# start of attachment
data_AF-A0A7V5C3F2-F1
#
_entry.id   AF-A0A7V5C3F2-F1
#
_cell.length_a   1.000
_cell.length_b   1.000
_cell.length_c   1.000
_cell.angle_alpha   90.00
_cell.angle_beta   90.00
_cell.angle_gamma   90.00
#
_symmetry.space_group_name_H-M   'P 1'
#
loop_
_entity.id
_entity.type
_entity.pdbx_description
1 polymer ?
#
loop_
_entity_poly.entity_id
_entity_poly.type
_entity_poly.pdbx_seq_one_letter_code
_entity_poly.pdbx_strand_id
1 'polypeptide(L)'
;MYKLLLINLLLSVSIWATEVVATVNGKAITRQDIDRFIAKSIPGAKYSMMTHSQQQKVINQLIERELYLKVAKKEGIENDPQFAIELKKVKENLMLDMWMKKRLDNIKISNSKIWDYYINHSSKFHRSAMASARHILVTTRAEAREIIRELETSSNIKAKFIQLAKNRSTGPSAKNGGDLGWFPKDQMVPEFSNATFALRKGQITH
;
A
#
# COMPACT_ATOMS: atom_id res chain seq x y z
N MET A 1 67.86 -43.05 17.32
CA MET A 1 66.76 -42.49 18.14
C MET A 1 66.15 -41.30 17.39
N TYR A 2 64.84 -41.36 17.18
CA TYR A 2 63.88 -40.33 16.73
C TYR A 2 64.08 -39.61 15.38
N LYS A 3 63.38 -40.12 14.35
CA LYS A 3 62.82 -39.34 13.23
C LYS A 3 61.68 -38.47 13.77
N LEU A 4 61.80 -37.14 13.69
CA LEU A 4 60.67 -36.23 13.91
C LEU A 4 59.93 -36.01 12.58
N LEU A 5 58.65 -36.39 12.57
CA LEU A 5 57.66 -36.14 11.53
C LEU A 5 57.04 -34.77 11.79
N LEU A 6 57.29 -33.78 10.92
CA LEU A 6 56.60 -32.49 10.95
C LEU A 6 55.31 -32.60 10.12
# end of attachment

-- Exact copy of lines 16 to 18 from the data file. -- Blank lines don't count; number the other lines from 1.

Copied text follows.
_entity.type
_entity.pdbx_description
1 polymer ?